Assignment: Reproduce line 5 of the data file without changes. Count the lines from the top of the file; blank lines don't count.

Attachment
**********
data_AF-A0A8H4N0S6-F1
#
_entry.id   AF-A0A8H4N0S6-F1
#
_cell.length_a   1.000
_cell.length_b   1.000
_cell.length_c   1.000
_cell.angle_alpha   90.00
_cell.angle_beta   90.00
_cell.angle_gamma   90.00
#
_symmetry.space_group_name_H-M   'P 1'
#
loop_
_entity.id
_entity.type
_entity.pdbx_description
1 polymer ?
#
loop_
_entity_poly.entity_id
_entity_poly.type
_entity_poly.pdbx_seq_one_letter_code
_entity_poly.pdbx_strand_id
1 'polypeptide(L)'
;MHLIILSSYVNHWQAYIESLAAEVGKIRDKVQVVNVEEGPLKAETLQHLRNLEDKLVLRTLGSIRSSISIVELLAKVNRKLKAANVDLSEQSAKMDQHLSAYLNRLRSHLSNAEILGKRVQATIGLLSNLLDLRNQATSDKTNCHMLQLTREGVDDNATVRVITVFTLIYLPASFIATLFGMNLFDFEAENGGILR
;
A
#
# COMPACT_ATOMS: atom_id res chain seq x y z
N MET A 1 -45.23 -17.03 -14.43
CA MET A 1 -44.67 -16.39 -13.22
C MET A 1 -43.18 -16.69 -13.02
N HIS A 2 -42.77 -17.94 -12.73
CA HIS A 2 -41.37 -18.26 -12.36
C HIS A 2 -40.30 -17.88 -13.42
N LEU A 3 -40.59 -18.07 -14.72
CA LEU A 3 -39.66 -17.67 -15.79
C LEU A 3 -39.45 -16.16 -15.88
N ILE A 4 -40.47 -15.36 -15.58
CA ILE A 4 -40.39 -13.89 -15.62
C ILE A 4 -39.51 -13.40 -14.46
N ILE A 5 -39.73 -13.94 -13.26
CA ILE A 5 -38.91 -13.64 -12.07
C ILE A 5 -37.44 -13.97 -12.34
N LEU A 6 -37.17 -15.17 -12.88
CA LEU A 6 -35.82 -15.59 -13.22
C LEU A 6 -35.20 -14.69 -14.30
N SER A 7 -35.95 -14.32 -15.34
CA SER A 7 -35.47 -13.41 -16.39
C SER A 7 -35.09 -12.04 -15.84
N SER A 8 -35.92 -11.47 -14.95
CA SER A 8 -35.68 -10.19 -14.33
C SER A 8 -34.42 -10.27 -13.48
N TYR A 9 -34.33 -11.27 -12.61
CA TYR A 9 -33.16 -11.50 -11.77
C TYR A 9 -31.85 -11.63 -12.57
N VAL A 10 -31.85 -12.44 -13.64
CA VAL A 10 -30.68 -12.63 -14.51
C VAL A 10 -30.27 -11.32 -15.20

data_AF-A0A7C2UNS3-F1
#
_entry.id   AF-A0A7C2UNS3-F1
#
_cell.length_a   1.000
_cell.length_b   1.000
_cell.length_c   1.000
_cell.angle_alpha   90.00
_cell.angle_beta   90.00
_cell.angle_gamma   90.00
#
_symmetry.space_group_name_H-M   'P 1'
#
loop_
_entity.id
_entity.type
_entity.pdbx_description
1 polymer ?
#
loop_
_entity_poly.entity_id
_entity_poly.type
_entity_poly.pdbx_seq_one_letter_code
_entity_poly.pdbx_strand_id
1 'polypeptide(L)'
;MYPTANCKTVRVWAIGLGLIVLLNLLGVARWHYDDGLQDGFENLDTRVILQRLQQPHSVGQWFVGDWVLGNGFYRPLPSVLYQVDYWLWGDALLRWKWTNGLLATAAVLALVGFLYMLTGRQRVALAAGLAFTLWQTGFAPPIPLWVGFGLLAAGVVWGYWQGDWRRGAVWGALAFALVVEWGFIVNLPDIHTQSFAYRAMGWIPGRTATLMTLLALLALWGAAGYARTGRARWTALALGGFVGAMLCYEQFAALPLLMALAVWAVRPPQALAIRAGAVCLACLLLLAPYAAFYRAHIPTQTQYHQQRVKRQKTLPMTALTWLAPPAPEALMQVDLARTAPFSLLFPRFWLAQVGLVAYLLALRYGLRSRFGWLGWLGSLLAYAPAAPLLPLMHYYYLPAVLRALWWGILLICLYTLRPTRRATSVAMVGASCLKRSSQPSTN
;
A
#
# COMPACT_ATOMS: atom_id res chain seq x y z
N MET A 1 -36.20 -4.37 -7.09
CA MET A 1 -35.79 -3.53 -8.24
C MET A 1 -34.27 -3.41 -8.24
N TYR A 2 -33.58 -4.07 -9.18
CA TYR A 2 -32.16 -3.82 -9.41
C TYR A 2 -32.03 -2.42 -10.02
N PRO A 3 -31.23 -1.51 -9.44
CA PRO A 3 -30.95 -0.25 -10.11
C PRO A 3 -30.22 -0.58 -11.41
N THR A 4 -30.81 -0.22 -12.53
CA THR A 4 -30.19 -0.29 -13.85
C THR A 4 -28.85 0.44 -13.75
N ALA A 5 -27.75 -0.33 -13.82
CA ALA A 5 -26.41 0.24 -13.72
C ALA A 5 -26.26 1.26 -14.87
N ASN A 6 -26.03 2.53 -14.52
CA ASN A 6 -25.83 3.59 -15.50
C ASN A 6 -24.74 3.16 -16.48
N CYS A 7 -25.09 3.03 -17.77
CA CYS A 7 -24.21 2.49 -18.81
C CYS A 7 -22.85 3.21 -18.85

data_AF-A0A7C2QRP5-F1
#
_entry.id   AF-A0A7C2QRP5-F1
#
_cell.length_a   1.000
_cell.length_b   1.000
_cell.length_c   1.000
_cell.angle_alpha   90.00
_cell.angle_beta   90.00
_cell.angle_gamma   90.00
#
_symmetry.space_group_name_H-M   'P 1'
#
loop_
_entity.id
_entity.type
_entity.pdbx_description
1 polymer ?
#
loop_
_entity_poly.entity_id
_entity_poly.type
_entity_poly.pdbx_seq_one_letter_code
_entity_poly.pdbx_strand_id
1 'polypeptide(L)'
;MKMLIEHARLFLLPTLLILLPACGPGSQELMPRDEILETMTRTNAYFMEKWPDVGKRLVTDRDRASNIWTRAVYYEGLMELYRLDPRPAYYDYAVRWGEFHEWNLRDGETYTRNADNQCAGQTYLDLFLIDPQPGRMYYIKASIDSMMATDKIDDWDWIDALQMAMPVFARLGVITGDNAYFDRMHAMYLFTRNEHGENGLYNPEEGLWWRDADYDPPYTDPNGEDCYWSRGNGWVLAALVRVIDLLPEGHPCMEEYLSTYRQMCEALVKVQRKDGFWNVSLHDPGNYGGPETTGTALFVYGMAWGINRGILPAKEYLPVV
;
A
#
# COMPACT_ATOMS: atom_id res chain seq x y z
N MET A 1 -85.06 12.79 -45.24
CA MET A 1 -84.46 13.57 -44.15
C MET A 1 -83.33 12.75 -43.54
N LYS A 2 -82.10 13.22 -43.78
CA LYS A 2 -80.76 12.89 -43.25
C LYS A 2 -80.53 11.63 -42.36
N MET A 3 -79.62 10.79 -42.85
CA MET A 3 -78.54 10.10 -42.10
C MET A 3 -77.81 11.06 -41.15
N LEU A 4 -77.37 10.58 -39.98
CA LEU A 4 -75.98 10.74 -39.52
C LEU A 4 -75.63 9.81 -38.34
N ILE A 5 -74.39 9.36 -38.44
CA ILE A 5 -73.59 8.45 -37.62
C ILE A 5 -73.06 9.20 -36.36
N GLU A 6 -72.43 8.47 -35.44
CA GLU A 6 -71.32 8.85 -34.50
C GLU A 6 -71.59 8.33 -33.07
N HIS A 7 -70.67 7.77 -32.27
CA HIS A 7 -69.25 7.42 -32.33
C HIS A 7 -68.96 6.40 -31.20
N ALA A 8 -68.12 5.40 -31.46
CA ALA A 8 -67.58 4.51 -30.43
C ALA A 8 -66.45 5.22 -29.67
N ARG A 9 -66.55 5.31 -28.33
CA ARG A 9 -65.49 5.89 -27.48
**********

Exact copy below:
_cell.length_a   1.000